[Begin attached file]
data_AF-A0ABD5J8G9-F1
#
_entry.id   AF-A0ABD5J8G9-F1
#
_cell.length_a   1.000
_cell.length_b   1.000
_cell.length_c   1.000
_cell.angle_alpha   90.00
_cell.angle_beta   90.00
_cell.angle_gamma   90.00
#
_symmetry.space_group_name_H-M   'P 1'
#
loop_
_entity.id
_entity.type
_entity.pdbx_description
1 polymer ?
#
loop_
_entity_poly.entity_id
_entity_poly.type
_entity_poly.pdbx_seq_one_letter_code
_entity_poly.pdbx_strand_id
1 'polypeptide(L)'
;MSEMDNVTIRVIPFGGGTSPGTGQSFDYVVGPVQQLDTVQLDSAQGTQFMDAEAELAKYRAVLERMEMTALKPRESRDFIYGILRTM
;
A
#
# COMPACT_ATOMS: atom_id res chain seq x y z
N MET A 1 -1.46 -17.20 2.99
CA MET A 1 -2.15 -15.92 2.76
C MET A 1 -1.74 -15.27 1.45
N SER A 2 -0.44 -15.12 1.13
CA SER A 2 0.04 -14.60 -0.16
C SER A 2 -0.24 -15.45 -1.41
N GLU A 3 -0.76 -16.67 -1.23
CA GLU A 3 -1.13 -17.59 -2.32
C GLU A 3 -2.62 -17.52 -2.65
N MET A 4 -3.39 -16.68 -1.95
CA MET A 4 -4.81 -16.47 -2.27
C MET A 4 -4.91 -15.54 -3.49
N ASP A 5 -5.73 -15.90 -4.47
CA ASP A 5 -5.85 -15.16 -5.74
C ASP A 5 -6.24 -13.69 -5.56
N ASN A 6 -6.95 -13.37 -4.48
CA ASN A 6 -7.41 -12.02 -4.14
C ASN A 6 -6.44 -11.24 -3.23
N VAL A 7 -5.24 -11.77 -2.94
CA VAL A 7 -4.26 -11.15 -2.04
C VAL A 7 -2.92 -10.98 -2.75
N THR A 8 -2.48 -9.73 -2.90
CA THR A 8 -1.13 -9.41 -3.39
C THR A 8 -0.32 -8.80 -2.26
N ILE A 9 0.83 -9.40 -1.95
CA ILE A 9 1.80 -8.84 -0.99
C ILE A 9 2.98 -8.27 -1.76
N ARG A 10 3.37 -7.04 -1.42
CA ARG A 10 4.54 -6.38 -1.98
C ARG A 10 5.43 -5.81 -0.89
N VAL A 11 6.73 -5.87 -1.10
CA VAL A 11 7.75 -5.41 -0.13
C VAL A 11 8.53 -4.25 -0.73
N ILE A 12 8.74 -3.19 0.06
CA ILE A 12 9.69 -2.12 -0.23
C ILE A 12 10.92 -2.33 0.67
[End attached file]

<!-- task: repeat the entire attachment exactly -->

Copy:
data_AF-A0ABD5J8G9-F1
#
_entry.id   AF-A0ABD5J8G9-F1
#
_cell.length_a   1.000
_cell.length_b   1.000
_cell.length_c   1.000
_cell.angle_alpha   90.00
_cell.angle_beta   90.00
_cell.angle_gamma   90.00
#
_symmetry.space_group_name_H-M   'P 1'
#
loop_
_entity.id
_entity.type
_entity.pdbx_description
1 polymer ?
#
loop_
_entity_poly.entity_id
_entity_poly.type
_entity_poly.pdbx_seq_one_letter_code
_entity_poly.pdbx_strand_id
1 'polypeptide(L)'
;MSEMDNVTIRVIPFGGGTSPGTGQSFDYVVGPVQQLDTVQLDSAQGTQFMDAEAELAKYRAVLERMEMTALKPRESRDFIYGILRTM
;
A
#
# COMPACT_ATOMS: atom_id res chain seq x y z
N MET A 1 -1.46 -17.20 2.99
CA MET A 1 -2.15 -15.92 2.76
C MET A 1 -1.74 -15.27 1.45
N SER A 2 -0.44 -15.12 1.13
CA SER A 2 0.04 -14.60 -0.16
C SER A 2 -0.24 -15.45 -1.41
N GLU A 3 -0.76 -16.67 -1.23
CA GLU A 3 -1.13 -17.59 -2.32
C GLU A 3 -2.62 -17.52 -2.65
N MET A 4 -3.39 -16.68 -1.95
CA MET A 4 -4.81 -16.47 -2.27
C MET A 4 -4.91 -15.54 -3.49
N ASP A 5 -5.73 -15.90 -4.47
CA ASP A 5 -5.85 -15.16 -5.74
C ASP A 5 -6.24 -13.69 -5.56
N ASN A 6 -6.95 -13.37 -4.48
CA ASN A 6 -7.41 -12.02 -4.14
C ASN A 6 -6.44 -11.24 -3.23
N VAL A 7 -5.24 -11.77 -2.94
CA VAL A 7 -4.26 -11.15 -2.04
C VAL A 7 -2.92 -10.98 -2.75
N THR A 8 -2.48 -9.73 -2.90
CA THR A 8 -1.13 -9.41 -3.39
C THR A 8 -0.32 -8.80 -2.26
N ILE A 9 0.83 -9.40 -1.95
CA ILE A 9 1.80 -8.84 -0.99
C ILE A 9 2.98 -8.27 -1.76
N ARG A 10 3.37 -7.04 -1.42
CA ARG A 10 4.54 -6.38 -1.98
C ARG A 10 5.43 -5.81 -0.89
N VAL A 11 6.73 -5.87 -1.10
CA VAL A 11 7.75 -5.41 -0.13
C VAL A 11 8.53 -4.25 -0.73
N ILE A 12 8.74 -3.19 0.06
CA ILE A 12 9.69 -2.12 -0.23
C ILE A 12 10.92 -2.33 0.67